The surrogate gap

Very interesting take from Greg Sargent based on the Day 1 speakers at the Democratic and Republican (e.g., Elizabeth Warren vs. Scott Baio!) conventions:

What last night really showed is that there will be a profound, fundamental imbalance between the Hillary Clinton and Donald Trump campaigns when it comes to the wattage of surrogates out there making the case this fall.

The biggest speeches of the night, from New Jersey Senator Cory Booker, Michelle Obama, Elizabeth Warren, and Bernie Sanders, projected a tone that seemed designed to contrast sharply with the hate-and-rage-fest otherwise known as the GOP convention. All of them, in one way or another, sought to align the Democratic Party, optimistically and aspirationally, with culturally and demographically changing America. They explicitly called out Trumpism — the rendition of it featured at the GOP convention — as brimming over with reactionary hostility towards the evolving and diversifying America of the 21st century.

All of this is driven in part by the fact that the voter groups out of which Democrats hope to assemble a winning national coalition — college educated whites, nonwhites, women, young voters — appear to rejectthe xenophobia and ethno-nationalism at the core of Trumpism’s appeal. But there’s a key nuance here. There is a direct link between Trump’s alienation of key demographics and the lack of high profile surrogates that will be there for him this fall. Senior Republicans are keeping Trump at arm’s length in part precisely because he’s putting off those voter groups, which many top Republicans know the party must improve among for the sake of its future. [emphases mine]

This is a dynamic that both Republican and Democratic strategists are taking note of this morning.

“Hillary will have Bernie Sanders, the Obamas, Elizabeth Warren, who has been elevated to star status by Donald Trump, and Joe Biden,” Stuart Stevens, the chief strategist for Mitt Romney in 2012, tells me. “Who will be campaigning with Donald Trump that has a large constituency?” Stevens adds that many Republicans who do have large constituencies — such as Mitt Romney, George W. Bush, Ted Cruz, and Marco Rubio — will likely be M.I.A. once the campaign kicks into high gear.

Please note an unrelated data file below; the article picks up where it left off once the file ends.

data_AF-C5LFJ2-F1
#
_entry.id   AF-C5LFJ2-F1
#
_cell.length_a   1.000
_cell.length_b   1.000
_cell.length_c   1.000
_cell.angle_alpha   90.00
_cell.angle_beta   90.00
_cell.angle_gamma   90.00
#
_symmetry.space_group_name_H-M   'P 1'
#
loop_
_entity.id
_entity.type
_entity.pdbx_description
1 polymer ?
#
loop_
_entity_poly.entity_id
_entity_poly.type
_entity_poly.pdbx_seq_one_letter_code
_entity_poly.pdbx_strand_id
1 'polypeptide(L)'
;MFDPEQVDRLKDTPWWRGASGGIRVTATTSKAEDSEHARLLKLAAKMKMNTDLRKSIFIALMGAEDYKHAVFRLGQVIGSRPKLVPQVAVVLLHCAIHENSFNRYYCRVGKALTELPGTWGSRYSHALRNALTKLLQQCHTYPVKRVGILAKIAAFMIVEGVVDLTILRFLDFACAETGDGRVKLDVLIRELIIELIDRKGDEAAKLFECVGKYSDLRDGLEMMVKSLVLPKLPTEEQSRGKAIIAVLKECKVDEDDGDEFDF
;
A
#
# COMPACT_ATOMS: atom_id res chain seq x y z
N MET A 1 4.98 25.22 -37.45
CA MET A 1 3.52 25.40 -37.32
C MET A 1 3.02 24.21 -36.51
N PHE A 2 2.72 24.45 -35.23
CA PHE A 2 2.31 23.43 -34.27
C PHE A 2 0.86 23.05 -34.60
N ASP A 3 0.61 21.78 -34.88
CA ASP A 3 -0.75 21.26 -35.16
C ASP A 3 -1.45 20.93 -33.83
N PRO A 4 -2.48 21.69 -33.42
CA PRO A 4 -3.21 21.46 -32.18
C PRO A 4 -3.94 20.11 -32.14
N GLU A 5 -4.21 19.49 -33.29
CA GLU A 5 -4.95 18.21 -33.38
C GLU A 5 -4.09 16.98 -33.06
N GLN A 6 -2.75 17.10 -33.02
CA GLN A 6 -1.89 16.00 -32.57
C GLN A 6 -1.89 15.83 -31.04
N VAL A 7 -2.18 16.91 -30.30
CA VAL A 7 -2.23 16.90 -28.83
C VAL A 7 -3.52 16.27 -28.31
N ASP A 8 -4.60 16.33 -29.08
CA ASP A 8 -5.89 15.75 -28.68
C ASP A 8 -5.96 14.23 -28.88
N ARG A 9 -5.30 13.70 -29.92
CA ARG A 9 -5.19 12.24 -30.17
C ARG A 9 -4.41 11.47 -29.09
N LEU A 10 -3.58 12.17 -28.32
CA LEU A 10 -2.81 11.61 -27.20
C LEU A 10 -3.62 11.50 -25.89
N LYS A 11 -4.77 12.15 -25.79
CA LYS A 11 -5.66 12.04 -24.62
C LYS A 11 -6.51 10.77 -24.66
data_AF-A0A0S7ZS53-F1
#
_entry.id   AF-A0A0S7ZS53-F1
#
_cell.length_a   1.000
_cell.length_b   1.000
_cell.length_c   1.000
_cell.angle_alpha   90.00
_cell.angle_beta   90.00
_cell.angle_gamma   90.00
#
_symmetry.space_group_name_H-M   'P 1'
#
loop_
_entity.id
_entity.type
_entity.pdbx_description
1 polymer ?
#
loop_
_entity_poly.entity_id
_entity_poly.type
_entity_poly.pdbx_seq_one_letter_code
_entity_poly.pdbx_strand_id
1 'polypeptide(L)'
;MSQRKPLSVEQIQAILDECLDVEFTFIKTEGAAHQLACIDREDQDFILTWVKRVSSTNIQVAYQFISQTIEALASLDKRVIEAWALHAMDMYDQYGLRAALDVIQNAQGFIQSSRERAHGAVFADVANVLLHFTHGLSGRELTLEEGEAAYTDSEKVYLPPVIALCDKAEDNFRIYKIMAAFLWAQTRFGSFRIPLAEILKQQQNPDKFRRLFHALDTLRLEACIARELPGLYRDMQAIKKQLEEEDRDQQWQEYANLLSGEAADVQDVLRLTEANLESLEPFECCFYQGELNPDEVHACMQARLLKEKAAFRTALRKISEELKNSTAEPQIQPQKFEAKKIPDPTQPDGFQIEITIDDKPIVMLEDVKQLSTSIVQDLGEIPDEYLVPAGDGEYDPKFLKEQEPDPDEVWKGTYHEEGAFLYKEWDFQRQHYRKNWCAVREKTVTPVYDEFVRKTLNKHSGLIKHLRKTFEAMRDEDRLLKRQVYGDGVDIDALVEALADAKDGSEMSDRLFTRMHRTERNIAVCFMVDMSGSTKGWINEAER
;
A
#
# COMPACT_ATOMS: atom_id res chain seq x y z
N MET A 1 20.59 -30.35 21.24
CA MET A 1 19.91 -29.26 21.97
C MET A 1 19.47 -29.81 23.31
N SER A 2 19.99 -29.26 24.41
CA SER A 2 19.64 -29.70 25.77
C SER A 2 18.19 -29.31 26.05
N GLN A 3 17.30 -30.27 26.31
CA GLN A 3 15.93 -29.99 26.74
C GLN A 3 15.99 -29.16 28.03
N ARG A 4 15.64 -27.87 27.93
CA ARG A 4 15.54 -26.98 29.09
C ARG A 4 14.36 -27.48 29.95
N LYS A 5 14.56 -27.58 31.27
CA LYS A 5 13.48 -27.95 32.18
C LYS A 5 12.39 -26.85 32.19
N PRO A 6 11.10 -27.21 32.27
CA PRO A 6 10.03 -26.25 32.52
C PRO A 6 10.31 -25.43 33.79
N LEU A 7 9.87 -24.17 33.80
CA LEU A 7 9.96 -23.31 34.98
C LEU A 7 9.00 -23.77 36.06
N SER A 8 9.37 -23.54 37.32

Stevens also noted a connection between the disparity in high wattage surrogates and Trump’s alienation of key demographics. “The essence of politics is about addition, not subtraction,” Stevens said. “Donald Trump finds it very hard for any given moment not to be about Donald Trump, which makes coalition building and the blocking and tackling of politics more difficult. If you’re in a fight with the Republican governor of Ohio and the Hispanic governor of New Mexico, how can you expect to build a broader coalition?”

“Trump’s fight with Susana Martinez is a perfect illustrator,” Stevens concluded, referring to the governor of New Mexico. “He desperately needs women and Hispanics.” …

Obviously there is no telling whether all of this will matter enough to prevent a Trump win, which of course remains very possible. Clinton still has serious weaknesses, and it remains to be seen how, or whether, the rest of the convention will successfully address them. But the point is, Day One revealed that Clinton has a very clear structural advantage that very well may assert itself this fall, when voters are really paying attention. And this is also another way in which there is simply no equivalence between the degree of disunity that is afflicting the two parties.

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About Steve Greene
Professor of Political Science at NC State http://faculty.chass.ncsu.edu/shgreene

2 Responses to The surrogate gap

  1. J. Palmer says:

    “The biggest speeches of the night, from New Jersey Senator Cory Booker, Michelle Obama, Elizabeth Warren, and Bernie Sanders, projected a tone that seemed designed to contrast sharply with the hate-and-rage-fest otherwise known as the GOP convention. ”

    This is partially true, but that positive tone was tough for Sanders and Warren to marry with their long-running and strong focus on economic inequality. There is a really weird tension at the DNC regarding these opposing forces and I don’t think it is possible to balance the two approaches gracefully–at least, the DNC has not done so thus far.

    • R. Jenrette says:

      I don’t see much of a gap between the Sanderites and the Clintonites on economic inequality. The unifying theme of most Democratic proposals is to advance the income and wealth of the 98% by taxing the wealthy more, by keeping the inheritance tax as it is, by raising the minimum wage, by making college debt free, by creating single payer health insurance for all Americans, by creating good paying jobs in clean energy and infrastructure improvement and by expanding Social Security.
      The difference is that Sanders told the millenials and others that they could accomplish that revolution tomorrow, right after the election, while Clinton said she has the same goals but thinks they will be more surely achieved incrementally.
      If you know any millenials, you may have noticed that they tend to live in the present. No wonder they are angry that the revolution won’t be fully achieved the day after the election.

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